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Today’s Social Security column addresses questions about when annual earnings limits are applied, survivor benefits after remarriage and child benefits when a parent is receiving disability benefits. Larry Kotlikoff is a Professor of Economics at Boston University and the founder and president of Economic Security Planning, Inc.
See more Ask Larry answers here.
Have Social Security questions of your own you’d like answered? Ask Larry about Social Security here.
Which Months Of My Earnings Count Toward Social Security’s Earnings Limit?
Hi Larry, I started receiving my Social Security benefits in early 2021 at 65 and two months. My full retirement age is 66 and four months. I am restricted to making $18,960 without penalty. does the $18,960 ceiling go thru December 2021 and start over in January 2022?
Or does it go from March 2021 thru March 2022 and start over in April 2022 until I reach 66 and four months full retirement in mid 2022? Thanks, David
Hi David, The exempt amount of $18,960 is the amount you can earn from January 1 2021 through December 31 2021 without losing any of your benefits this year. If you go over that amount then Social Security would need to withhold $1 of your benefits for every $2 earned in excess of $18,960.
However, you could be paid at least for any months this year that you earn no more than $1,580 regardless of how much you earn in the full year.
Since you’ll be turning full retirement age (FRA) next year a higher exempt amount will apply and only the amount you earn in months prior to the month you reach FRA will count.
MORE FOR YOU
You may want to consider using my company’s software — Maximize My Social Security or MaxiFi Planner — to fully analyze your options. It accounts for the earnings test so you can make informed decisions about your best strategy for maximizing your benefits and avoid unknowingly leaving money on the table. Social Security calculators provided by other companies or non-profits may provide proper suggestions if they were built with extreme care. Best, Larry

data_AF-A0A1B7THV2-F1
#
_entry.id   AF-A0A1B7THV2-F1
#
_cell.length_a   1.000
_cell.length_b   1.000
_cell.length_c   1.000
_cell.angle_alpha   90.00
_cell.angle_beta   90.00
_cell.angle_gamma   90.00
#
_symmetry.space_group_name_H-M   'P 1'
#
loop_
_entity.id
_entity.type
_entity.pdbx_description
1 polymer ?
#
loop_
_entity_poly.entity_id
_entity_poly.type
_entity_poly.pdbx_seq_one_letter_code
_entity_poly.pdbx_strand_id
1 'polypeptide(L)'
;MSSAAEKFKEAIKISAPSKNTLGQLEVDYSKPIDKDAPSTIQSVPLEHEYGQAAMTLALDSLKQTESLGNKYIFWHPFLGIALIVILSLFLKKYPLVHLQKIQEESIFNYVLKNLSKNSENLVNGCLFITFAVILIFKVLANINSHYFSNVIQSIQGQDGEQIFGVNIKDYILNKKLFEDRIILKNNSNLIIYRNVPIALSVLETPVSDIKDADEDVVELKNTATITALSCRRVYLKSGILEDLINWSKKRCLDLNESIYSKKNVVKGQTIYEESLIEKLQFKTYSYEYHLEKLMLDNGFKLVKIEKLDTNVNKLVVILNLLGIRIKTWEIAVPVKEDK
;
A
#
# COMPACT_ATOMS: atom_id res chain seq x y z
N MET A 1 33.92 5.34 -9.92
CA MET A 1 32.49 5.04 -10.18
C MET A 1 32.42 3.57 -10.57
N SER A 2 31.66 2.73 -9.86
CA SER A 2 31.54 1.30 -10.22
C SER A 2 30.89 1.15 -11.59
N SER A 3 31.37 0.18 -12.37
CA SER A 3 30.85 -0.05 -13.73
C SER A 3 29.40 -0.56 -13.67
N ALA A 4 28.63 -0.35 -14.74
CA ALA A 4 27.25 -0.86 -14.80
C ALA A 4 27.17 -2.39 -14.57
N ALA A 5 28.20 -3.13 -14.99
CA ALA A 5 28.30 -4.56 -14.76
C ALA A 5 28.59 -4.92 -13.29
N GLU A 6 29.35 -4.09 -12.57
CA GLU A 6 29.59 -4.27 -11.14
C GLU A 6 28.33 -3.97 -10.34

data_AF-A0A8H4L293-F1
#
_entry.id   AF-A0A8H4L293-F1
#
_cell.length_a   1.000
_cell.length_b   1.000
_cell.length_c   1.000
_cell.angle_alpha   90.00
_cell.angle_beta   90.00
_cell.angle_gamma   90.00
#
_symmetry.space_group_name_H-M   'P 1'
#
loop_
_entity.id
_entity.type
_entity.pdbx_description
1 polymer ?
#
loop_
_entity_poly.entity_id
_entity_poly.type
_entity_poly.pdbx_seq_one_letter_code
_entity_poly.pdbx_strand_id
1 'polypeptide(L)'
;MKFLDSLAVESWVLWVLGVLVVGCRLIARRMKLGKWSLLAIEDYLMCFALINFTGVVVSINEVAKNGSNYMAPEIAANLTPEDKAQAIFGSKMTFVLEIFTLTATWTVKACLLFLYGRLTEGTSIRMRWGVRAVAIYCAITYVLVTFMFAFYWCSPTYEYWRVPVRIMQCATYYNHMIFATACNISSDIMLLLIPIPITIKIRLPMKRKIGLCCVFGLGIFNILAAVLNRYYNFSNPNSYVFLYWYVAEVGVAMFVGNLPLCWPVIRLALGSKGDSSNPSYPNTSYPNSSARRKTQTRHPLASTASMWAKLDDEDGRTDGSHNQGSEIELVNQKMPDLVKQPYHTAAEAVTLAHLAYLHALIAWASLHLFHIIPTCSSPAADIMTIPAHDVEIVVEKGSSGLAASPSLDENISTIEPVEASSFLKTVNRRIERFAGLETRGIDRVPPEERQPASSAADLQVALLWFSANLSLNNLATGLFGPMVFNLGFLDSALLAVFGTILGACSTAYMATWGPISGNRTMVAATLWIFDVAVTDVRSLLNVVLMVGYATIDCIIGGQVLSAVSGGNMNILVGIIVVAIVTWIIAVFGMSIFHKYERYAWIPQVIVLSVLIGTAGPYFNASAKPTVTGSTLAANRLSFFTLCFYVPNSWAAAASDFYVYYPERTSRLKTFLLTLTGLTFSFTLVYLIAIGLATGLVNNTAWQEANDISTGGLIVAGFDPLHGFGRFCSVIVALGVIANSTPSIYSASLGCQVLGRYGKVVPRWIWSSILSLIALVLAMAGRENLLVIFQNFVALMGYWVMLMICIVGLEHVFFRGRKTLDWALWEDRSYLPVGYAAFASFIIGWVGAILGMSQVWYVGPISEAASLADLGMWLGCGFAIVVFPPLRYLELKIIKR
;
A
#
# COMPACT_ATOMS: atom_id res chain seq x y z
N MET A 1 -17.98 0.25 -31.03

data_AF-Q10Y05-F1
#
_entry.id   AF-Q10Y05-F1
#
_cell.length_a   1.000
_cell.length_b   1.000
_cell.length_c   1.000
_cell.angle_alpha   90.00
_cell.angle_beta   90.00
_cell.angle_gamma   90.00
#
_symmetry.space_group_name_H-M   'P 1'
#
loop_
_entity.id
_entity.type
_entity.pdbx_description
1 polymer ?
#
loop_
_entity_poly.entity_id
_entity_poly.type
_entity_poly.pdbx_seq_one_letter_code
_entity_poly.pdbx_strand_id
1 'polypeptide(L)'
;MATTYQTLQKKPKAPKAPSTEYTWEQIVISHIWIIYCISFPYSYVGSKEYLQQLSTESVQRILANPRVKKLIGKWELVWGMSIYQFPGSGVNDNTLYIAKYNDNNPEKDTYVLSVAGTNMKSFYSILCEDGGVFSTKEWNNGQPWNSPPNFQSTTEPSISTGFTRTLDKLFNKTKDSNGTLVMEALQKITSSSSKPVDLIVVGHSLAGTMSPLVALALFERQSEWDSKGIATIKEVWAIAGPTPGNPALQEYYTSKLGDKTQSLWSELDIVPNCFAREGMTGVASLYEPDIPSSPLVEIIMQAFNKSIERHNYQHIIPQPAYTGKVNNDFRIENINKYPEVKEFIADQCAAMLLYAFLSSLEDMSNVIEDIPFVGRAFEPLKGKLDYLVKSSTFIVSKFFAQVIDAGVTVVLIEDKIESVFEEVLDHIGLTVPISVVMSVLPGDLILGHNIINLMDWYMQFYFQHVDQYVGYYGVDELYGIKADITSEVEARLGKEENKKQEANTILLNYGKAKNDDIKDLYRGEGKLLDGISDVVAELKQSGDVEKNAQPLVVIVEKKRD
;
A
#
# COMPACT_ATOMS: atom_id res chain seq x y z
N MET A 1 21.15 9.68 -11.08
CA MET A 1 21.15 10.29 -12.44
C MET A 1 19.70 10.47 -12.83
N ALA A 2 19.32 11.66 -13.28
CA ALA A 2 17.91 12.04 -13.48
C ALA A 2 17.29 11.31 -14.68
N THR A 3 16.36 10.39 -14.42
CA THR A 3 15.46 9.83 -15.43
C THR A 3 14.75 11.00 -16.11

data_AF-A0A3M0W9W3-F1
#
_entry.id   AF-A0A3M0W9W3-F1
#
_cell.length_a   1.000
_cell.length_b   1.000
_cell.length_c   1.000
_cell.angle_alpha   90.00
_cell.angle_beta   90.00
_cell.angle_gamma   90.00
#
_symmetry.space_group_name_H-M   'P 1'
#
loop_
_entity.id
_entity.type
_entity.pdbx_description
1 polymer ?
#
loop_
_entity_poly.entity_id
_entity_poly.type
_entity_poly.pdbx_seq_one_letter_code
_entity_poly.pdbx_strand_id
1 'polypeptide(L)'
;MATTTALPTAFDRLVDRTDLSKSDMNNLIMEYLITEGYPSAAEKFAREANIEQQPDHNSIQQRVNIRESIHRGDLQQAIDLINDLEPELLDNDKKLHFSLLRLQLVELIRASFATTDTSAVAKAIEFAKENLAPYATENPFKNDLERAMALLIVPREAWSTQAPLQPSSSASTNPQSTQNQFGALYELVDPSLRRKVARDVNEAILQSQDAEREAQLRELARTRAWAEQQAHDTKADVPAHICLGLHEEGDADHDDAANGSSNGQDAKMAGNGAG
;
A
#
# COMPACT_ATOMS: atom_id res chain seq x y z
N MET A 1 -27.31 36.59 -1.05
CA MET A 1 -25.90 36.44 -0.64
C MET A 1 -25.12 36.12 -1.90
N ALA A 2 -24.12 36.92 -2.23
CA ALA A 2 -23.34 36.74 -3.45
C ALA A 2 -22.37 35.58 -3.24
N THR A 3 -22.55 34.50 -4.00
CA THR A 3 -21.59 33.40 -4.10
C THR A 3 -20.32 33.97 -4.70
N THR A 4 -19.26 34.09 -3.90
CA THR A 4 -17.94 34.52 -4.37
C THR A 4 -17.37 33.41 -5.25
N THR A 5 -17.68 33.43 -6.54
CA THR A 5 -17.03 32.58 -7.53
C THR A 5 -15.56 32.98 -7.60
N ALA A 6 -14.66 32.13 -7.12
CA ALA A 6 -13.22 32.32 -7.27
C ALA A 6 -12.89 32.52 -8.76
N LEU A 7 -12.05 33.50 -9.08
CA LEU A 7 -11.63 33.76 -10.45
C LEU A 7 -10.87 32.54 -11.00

Can I Draw Social Security Off Of A Deceased Spouse If I Had Already Remarried?
Hi Larry, my first spouse passed away a number of years ago and I’ve since remarried. Would it be possible to draw survivor’s benefits on the record of my first spouse? Thanks, Richard
Hi Richard, You can potentially qualify for surviving spousal benefits on the record of a late spouse even if you subsequently remarry, but only if your subsequent marriage has ended in death or divorce, or if your subsequent marriage occurred after you reached age 60.
If you were over 60 when you remarried, you could potentially draw survivor’s benefits based on their record. Best, Larry
Can I Get Child Benefits For My Ten Year Old Daughter?
Hi Larry, I just received approval for SSDI and am wondering if I can get my 10 year old daughter child benefits. I am not married to her mother and we have separate homes but have shared custody of her and get along well. The child benefits would come in handy to help with our expenses. Thanks, Al
Hi Al, Child benefits can potentially be paid when a parent is receiving Social Security disability (SSDI) benefits, if the child is either a) under age 18, or b) age 18 to 19 and in high school, or c) disabled due to an impairment that began prior to age 22.
Sometimes though, the family maximum benefit (FMB) FMB payable on a person’s SSDI account only allows the worker to be paid and not any eligible family members. You’ll need to check with Social Security to see if the FMB on your record will allow child benefits to be paid.
Also, Social Security appoints a representative payee to handle benefit payments for minor children, and the representative payee is required to use the child’s benefits for the child’s current needs or save the benefits for the child’s future needs. In a shared custody situation, only one parent can be appointed as representative payee, although the representative payee can be changed if circumstances change.
ocial Security generally selects the parent who has primary custody as representative payee for a minor child. Best, Larry